When we meet him, young Leonard is just realising the terrible absurdity of his role as a cog in the colonial machine. The novel neither forgives nor excuses his complicity. Cunningham connects the imperial project Leonard was involved in to the 1-in-6 inland vertebrates at risk of extinction in contemporary Sri Lanka, and with Australia’s detainment of the Nadesalingam family, which has only just come to an end.
One of my favourite pieces of recent non-fiction writing is Cunningham’s essay “The Age of Loneliness”, from her collection City of Trees (2019). It is about Ranee, the first elephant in Australia, and her long walk from Port Melbourne to the Royal Park Zoo in 1883. Even as Cunningham builds a larger theme about cruelty and loss in the Anthropocene, her portrait of Ranee is deeply felt and essentially true.
This Devastating Fever is full of similarly well-drawn animals: cats and a pandemic kitten, Bogong moths gathered around a light bulb, Leonard’s series of much-loved spaniels, a Marmoset named Mitz at whose death I shed actual tears. These animals are there to show the debt we owe to the non-human creatures whose planet we are destroying. In one scene, a diminishing number of flamingos rising from a lake take us forward from 1910 to 2005, their “flight feathers cutting through time” – but there is nothing instrumental about how they are written.
It is not always easy to write non-human beings into the very-human form of the novel, but Cunningham fits animals into her narrative like they fit in everyday life: with the rightness and naturalness of a pet curling up at one’s feet, or bees clustering around flowers in the front garden.
In many ways, Alice Fox and Leonard Wo(o)lf are of the same genus: they are both writers attempting to do their best by others, in the midst of what seems like the end of the world. Leonard’s role as a carer for Virginia is well-trodden but often misunderstood territory, which Cunningham writes with originality. It’s mirrored by the relationship between Alice and Hen, a beloved friend who unwillingly enters a nursing home with dementia.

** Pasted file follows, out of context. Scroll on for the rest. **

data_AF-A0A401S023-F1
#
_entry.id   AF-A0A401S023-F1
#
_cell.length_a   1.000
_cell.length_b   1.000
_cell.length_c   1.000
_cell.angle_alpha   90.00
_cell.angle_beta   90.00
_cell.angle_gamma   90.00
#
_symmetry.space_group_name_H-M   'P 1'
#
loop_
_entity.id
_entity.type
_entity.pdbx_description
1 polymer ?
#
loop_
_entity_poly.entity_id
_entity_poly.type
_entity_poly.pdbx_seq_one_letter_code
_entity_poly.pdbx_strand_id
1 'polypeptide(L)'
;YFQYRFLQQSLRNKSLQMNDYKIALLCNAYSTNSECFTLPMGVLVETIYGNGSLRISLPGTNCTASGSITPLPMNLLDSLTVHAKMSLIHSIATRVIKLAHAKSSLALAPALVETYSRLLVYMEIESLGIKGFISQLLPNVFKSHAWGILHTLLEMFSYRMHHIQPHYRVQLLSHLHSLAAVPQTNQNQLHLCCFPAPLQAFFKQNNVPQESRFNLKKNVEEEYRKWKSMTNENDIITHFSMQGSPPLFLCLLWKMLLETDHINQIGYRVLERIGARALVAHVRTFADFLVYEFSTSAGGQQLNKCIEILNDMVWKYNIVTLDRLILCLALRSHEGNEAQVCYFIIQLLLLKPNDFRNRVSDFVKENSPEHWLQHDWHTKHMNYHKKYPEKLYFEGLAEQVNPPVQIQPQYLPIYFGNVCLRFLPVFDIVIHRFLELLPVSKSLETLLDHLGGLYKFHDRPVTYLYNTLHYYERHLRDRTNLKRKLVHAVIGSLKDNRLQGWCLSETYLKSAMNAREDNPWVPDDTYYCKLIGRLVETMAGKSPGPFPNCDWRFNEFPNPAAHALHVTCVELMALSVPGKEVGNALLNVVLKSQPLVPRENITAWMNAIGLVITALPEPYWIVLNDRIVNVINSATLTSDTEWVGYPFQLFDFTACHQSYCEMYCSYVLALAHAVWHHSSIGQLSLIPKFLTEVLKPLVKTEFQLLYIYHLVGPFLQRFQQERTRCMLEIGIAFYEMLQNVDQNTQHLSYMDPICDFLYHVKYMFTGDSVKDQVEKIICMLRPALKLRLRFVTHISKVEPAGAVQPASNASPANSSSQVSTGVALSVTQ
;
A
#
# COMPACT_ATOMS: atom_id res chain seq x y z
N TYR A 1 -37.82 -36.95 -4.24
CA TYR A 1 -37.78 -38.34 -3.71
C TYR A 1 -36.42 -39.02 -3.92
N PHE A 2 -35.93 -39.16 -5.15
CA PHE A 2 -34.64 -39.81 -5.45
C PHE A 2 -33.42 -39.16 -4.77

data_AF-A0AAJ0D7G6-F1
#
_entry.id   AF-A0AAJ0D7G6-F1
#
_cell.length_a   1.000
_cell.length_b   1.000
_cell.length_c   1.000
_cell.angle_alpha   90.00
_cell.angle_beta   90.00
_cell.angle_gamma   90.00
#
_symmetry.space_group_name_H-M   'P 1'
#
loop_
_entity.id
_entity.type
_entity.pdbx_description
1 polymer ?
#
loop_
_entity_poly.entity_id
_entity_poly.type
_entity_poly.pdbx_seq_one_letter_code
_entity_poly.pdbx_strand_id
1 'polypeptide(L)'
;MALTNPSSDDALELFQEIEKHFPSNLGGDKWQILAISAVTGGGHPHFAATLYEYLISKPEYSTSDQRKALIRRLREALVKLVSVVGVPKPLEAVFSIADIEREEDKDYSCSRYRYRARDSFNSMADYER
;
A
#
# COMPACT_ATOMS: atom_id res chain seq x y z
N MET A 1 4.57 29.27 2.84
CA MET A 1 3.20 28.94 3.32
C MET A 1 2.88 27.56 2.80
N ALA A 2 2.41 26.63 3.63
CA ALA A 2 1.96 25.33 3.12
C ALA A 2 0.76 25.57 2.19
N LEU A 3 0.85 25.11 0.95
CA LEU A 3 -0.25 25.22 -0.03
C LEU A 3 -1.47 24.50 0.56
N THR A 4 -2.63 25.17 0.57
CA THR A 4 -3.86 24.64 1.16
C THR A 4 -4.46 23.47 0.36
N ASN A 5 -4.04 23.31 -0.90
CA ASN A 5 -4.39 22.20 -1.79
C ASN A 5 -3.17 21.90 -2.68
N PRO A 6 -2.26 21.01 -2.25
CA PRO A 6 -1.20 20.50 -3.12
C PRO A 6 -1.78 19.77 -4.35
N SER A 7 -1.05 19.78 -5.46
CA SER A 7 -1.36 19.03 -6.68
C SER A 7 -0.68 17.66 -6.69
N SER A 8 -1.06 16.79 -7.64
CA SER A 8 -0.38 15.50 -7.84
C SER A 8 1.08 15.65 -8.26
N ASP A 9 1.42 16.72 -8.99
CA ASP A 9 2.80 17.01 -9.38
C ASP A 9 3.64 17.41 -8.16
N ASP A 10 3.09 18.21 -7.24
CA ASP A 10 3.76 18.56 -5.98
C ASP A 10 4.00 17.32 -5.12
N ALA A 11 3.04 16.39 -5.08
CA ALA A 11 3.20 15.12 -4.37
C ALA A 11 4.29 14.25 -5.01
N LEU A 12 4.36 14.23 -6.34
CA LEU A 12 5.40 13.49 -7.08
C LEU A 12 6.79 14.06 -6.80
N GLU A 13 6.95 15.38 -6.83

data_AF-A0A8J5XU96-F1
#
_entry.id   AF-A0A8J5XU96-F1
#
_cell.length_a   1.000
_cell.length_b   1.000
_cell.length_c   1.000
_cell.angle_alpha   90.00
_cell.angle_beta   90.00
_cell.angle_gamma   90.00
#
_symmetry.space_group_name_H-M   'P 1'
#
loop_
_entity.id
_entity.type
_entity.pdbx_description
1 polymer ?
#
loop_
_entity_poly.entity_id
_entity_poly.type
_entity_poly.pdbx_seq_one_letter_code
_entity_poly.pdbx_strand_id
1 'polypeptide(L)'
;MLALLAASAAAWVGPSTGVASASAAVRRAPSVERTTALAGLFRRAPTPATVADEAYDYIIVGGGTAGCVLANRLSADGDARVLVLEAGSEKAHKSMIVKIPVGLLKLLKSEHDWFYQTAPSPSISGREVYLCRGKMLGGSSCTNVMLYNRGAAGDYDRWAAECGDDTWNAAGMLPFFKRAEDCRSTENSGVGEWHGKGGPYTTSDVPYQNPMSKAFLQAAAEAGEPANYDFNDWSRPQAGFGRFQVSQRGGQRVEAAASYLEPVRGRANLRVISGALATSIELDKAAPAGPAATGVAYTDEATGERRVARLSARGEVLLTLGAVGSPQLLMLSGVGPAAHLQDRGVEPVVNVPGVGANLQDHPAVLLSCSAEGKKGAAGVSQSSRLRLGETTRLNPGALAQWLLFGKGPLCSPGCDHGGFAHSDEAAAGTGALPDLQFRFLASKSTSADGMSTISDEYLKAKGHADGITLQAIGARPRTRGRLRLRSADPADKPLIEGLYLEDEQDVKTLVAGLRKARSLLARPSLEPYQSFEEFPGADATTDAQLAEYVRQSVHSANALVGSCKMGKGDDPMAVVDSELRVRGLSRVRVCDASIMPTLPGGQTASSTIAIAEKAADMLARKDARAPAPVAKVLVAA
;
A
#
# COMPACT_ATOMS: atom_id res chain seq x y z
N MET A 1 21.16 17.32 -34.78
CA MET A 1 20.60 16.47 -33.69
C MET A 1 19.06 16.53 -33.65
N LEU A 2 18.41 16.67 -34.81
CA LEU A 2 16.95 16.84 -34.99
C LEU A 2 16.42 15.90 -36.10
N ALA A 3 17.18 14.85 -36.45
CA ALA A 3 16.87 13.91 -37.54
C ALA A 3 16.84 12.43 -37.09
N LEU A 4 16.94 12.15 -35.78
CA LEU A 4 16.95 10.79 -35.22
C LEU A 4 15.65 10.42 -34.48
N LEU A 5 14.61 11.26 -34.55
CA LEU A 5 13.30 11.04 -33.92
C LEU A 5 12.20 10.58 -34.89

Caring and what we owe
Caring, ultimately, is what this novel is about. It asks what caring means and explores how hard it can be to act with care in complicated circumstances. This Devastating Fever contains the joy and pain and terror of caring deeply for another living thing: whether a loved one whose mind is failing, or cicadas destined to be incinerated in the Black Summer fires. It is also about the need to read carefully, write carefully, and think carefully – about the past and how we respond to it, and about what we owe the dead, the living, and the future.
Leonard Woolf always claimed to live by the motto “nothing matters”, because in the great warp and weft of cosmological time, human beings are only a tiny blip. “It doesn’t matter,” his imaginary avatar says to Alice, about her novel. “We don’t matter. Nothing really does.”
In line with this sentiment, Alice never really reconciles the anxiety she feels over her project, and Cunningham offers no grand affirmation of the power and purpose of the novel form. But a good novel – and This Devastating Fever is a very good novel – doesn’t need to justify its existence so directly. The reader already knows.
“We can’t save them, can we?” Alice asks Imaginary Leonard at one point. Her question is ostensibly about Virginia and Hen, but could just as feasibly be about animals, reading and writing, the earth. Leonard doesn’t reply, but Cunningham’s novel answers for him: maybe not, but there is infinite grace in the trying.
This article is republished from The Conversation is the world's leading publisher of research-based news and analysis. A unique collaboration between academics and journalists. It was written by: Meg Brayshaw, University of Sydney.
Meg Brayshaw does not work for, consult, own shares in or receive funding from any company or organisation that would benefit from this article, and has disclosed no relevant affiliations beyond their academic appointment.